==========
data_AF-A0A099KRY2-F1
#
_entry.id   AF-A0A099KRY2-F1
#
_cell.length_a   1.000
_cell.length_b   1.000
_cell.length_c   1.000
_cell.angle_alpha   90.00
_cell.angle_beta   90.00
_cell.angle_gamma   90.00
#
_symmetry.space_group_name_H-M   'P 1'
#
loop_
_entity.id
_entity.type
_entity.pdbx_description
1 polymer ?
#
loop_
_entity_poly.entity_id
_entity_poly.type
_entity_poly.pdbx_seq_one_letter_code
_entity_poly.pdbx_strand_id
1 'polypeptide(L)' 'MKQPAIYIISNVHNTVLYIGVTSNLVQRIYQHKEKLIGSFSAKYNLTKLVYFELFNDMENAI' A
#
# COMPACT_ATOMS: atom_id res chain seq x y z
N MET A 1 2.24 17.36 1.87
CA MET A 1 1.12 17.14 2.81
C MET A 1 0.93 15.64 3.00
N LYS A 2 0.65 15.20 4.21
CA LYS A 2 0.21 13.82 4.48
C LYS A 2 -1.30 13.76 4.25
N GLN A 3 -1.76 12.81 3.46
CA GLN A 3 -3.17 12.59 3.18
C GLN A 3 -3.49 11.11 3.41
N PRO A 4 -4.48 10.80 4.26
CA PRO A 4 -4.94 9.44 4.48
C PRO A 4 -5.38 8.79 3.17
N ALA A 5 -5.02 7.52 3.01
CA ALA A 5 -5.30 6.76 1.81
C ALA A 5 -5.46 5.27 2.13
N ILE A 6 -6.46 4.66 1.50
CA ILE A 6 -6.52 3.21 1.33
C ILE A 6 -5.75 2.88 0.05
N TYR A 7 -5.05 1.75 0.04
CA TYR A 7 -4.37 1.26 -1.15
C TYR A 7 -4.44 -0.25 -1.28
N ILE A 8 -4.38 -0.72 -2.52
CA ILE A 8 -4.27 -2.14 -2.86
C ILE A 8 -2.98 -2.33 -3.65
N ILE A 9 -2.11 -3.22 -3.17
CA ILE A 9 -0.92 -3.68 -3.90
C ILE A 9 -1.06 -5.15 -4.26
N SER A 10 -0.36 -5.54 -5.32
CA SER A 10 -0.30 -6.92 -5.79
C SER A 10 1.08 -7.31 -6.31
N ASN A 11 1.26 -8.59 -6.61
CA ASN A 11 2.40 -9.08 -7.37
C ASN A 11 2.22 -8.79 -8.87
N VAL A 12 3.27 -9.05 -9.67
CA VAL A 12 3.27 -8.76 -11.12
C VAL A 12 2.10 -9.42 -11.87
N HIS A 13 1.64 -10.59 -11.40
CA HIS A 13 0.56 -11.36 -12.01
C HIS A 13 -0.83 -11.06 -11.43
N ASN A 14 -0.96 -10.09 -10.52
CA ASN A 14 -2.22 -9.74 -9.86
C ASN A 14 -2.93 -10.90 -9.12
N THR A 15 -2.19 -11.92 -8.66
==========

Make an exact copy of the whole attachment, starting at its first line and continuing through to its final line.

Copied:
data_AF-A0A099KRY2-F1
#
_entry.id   AF-A0A099KRY2-F1
#
_cell.length_a   1.000
_cell.length_b   1.000
_cell.length_c   1.000
_cell.angle_alpha   90.00
_cell.angle_beta   90.00
_cell.angle_gamma   90.00
#
_symmetry.space_group_name_H-M   'P 1'
#
loop_
_entity.id
_entity.type
_entity.pdbx_description
1 polymer ?
#
loop_
_entity_poly.entity_id
_entity_poly.type
_entity_poly.pdbx_seq_one_letter_code
_entity_poly.pdbx_strand_id
1 'polypeptide(L)' 'MKQPAIYIISNVHNTVLYIGVTSNLVQRIYQHKEKLIGSFSAKYNLTKLVYFELFNDMENAI' A
#
# COMPACT_ATOMS: atom_id res chain seq x y z
N MET A 1 2.24 17.36 1.87
CA MET A 1 1.12 17.14 2.81
C MET A 1 0.93 15.64 3.00
N LYS A 2 0.65 15.20 4.21
CA LYS A 2 0.21 13.82 4.48
C LYS A 2 -1.30 13.76 4.25
N GLN A 3 -1.76 12.81 3.46
CA GLN A 3 -3.17 12.59 3.18
C GLN A 3 -3.49 11.11 3.41
N PRO A 4 -4.48 10.80 4.26
CA PRO A 4 -4.94 9.44 4.48
C PRO A 4 -5.38 8.79 3.17
N ALA A 5 -5.02 7.52 3.01
CA ALA A 5 -5.30 6.76 1.81
C ALA A 5 -5.46 5.27 2.13
N ILE A 6 -6.46 4.66 1.50
CA ILE A 6 -6.52 3.21 1.33
C ILE A 6 -5.75 2.88 0.05
N TYR A 7 -5.05 1.75 0.04
CA TYR A 7 -4.37 1.26 -1.15
C TYR A 7 -4.44 -0.25 -1.28
N ILE A 8 -4.38 -0.72 -2.52
CA ILE A 8 -4.27 -2.14 -2.86
C ILE A 8 -2.98 -2.33 -3.65
N ILE A 9 -2.11 -3.22 -3.17
CA ILE A 9 -0.92 -3.68 -3.90
C ILE A 9 -1.06 -5.15 -4.26
N SER A 10 -0.36 -5.54 -5.32
CA SER A 10 -0.30 -6.92 -5.79
C SER A 10 1.08 -7.31 -6.31
N ASN A 11 1.26 -8.59 -6.61
CA ASN A 11 2.40 -9.08 -7.37
C ASN A 11 2.22 -8.79 -8.87
N VAL A 12 3.27 -9.05 -9.67
CA VAL A 12 3.27 -8.76 -11.12
C VAL A 12 2.10 -9.42 -11.87
N HIS A 13 1.64 -10.59 -11.40
CA HIS A 13 0.56 -11.36 -12.01
C HIS A 13 -0.83 -11.06 -11.43
N ASN A 14 -0.96 -10.09 -10.52
CA ASN A 14 -2.22 -9.74 -9.86
C ASN A 14 -2.93 -10.90 -9.12
N THR A 15 -2.19 -11.92 -8.66